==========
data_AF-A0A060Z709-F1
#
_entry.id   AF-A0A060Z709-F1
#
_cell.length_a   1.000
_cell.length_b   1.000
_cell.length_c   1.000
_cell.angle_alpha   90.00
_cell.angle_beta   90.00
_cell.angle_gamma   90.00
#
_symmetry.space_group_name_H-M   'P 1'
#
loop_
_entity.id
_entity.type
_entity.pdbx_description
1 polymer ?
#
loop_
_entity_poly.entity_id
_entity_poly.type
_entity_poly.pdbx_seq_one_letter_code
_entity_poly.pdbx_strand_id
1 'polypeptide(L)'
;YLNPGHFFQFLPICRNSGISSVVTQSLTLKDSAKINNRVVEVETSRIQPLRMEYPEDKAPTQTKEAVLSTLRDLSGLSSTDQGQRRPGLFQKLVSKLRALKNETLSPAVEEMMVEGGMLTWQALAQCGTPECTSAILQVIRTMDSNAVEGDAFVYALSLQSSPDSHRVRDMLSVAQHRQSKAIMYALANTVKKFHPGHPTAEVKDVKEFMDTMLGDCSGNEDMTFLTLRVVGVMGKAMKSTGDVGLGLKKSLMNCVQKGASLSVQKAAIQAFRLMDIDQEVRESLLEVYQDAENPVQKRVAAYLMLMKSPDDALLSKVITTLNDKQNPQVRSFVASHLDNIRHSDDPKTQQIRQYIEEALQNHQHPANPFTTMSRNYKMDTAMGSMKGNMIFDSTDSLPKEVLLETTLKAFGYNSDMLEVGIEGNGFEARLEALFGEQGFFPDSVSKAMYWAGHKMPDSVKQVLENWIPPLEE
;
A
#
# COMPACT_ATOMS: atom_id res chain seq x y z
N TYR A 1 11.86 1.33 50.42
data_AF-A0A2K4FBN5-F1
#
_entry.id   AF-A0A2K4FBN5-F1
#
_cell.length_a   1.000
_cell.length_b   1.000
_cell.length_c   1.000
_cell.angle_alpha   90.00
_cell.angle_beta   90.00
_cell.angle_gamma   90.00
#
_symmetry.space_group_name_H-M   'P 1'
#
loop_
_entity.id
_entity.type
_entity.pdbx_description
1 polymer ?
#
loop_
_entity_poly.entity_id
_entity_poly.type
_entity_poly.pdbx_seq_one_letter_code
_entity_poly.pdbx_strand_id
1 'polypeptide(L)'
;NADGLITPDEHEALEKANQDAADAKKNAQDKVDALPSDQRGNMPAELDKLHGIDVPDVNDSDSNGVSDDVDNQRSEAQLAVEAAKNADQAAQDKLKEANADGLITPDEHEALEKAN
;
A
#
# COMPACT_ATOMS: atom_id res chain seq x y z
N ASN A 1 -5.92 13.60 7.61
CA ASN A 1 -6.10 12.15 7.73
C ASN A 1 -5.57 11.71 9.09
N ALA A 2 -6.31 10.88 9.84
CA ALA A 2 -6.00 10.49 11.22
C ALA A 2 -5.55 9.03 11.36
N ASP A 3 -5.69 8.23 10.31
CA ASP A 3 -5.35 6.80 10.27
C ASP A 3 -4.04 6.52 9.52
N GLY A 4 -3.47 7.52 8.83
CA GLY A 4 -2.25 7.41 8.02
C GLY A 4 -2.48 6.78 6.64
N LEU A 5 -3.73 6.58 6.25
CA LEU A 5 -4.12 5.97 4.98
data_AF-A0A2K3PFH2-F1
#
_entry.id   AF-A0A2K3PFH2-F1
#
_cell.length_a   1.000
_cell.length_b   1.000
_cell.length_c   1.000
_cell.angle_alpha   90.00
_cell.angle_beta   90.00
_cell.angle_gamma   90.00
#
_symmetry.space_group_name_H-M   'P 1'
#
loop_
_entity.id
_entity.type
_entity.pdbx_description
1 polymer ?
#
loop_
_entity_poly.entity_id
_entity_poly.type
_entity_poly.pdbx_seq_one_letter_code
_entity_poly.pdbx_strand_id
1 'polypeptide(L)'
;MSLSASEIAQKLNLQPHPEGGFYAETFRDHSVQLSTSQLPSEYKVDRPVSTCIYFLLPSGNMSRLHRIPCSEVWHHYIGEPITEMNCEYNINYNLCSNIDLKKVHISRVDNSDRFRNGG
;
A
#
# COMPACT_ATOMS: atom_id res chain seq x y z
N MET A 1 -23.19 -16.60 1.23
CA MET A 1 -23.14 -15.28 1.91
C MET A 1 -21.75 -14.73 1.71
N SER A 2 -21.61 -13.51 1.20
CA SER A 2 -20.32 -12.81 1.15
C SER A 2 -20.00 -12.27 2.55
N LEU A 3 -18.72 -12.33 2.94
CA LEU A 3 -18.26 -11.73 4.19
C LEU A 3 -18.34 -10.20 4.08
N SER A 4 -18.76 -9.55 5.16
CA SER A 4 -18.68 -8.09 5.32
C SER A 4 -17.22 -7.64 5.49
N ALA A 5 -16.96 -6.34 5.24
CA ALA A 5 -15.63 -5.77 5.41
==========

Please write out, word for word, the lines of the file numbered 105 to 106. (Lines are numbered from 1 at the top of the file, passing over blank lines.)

# COMPACT_ATOMS: atom_id res chain seq x y z
N MET A 1 -23.19 -16.60 1.23